April 15, 2007
Not surprisingly, there have been a few comments about my habit of expressing everything in terms of gold. I do it because gold is money; there is no better benchmark of value. People today have been so brainwashed (on purpose, by the way) to believe that gold is "just another commodity" that this ancient concept has become quite foreign. For them, I might as well be expressing the value of corn or equities in terms of lead or lumber or the famous "pork bellies."
These people seem to have no difficulty accepting government statistics of value, such as the CPI -- that's what happens to people educated in government schools, I suppose. Sometimes, you'll see charts expressed in "2000 dollars" or "1960 dollars", which are adjusted for devaluation by the government's CPI.
The purpose of using the CPI today is to estimate (or, sometimes, to obfuscate) the degree of decline in dollar value over time. There is a simpler way: I look at everything in "1854 dollars". What's an 1854 dollar? Let's take a look:
There it is, 1/20th of an ounce of
gold. It was a
very small coin, about 1/4th smaller than today's dime. The
Double Eagle had -- you guessed it -- 20 times as much gold, or a troy
Just the same as today's Krugerrands. (Actually, the $20 coin had
0.9675 of a troy ounce, or $20.67/oz., but let's just round up for
And what about this 1796 Quarter-Eagle? Well, if the Double Eagle had one ounce of gold, and the Eagle had a half-ounce, then the Quarter Eagle must have had 1/8th of an ounce, right? That is roughly correct:
The 1854 $20 Double Eagle had one troy ounce of gold. The 1922 $20 Saint Gaudens Double Eagle had, you guessed it, one ounce of gold.
The value of money didn't change in those days.
There was paper money as well -- but the paper money was redeemable for gold. If you took your $20 paper note to the bank, you would get a $20 coin in return, containing one full ounce of gold. This 1882 banknote says right on it "Twenty Dollars in Gold Coin". And we know what that means, right?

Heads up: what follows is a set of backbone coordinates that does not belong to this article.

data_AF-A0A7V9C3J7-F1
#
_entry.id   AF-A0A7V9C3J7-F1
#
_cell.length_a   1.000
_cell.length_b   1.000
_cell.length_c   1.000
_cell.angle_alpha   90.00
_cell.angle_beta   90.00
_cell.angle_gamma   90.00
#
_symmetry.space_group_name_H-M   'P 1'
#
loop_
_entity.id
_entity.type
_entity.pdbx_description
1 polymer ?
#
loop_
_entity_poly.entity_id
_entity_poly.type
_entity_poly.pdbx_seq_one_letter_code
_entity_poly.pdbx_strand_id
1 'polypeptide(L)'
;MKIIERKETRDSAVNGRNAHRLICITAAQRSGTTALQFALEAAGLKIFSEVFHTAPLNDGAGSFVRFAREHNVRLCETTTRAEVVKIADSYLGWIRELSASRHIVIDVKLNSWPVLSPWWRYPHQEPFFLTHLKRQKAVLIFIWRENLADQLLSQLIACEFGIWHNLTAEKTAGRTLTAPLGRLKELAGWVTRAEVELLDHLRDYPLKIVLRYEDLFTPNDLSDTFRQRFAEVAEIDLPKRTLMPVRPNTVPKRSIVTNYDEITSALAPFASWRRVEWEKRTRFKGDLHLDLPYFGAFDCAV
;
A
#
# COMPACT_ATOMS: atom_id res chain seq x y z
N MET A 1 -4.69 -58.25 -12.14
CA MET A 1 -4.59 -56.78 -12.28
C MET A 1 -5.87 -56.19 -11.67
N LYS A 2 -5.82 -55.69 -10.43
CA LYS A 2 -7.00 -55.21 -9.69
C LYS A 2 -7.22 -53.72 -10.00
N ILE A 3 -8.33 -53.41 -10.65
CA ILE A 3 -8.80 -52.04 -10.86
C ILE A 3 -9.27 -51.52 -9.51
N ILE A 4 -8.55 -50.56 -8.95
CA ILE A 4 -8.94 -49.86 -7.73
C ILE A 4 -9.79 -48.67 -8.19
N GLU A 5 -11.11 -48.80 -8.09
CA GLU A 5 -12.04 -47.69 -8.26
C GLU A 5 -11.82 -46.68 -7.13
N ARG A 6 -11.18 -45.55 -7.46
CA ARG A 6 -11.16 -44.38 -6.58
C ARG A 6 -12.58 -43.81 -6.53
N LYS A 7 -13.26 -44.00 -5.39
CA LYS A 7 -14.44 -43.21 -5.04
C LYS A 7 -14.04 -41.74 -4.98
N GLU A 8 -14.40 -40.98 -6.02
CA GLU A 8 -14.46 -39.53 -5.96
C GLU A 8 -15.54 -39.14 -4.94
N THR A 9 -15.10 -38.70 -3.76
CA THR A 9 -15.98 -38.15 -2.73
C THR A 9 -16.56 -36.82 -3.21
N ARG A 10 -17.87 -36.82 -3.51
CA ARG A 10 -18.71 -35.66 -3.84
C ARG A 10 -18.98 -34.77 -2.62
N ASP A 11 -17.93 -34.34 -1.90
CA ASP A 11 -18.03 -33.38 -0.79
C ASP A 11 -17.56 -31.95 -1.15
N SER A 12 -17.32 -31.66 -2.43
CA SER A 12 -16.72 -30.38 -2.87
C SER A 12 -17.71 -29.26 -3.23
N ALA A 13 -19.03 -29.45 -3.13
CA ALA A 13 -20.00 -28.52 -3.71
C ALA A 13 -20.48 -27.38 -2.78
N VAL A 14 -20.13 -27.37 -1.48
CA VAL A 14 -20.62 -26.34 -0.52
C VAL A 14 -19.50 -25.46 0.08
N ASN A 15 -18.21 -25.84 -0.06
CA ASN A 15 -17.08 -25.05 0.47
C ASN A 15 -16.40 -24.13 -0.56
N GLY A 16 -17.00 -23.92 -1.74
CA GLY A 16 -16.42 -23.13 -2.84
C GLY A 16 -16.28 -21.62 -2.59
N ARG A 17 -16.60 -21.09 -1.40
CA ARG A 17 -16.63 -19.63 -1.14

This $20 bill from 1928 -- looks familiar, no? -- was also payable in gold coin. One troy ounce, namely, the $20 Saint-Gaudens shown just above. It's a little small, but it says right there under Jackson's fine visage: "Twenty Dollars in Gold Coin Payable to the Bearer on Demand."
So, we can see that the $20 bill of 1928 was worth an ounce of gold.
Now, we also know the value of a $20 bill of today. At $680/oz. of gold, you have to hand over thirty-four $20 bills to get an ounce of gold. The value of the $20 bill today is 1/34th that of 1928. Or to put it another way, the value of today's $20 bill is about $0.59 in 1928 dollars.
And what of the Dow Jones Industrial Average? It's 12,612 today. In 1928 dollars, that's 370.9. Which is less than the peak of 381 in September 1929. Well, at least there were dividends, right?
At some point shortly, we may see "gold prices rise dramatically." Many people would interpret this as some weird backwater of speculation, not much different than trading Beanie Babies on eBay. I propose that the value of the $20 bill would be falling dramatically, compared with the $20 bill of 1928, worth one ounce of gold. This affects everything. In the 1920s, you could buy a decent man's suit for about $20, or one ounce of gold. "But a man's suit doesn't cost $680 today," you say. That's true. More like $400, or about the average dollar/gold value for the last twenty-five years. About twenty $20 bills. If it takes fifty $20 bills to buy an ounce of gold in the future ($1000/oz. gold) -- and the value of the dollar maintains that level on average for about twenty years -- then I would expect the price of a man's suit to rise to about $1000.
This is inflation.
It takes a long time for the market for men's suits to adjust to the new value of the currency. All other markets are adjusting at the same time. The result is a tendency for prices of everything to rise.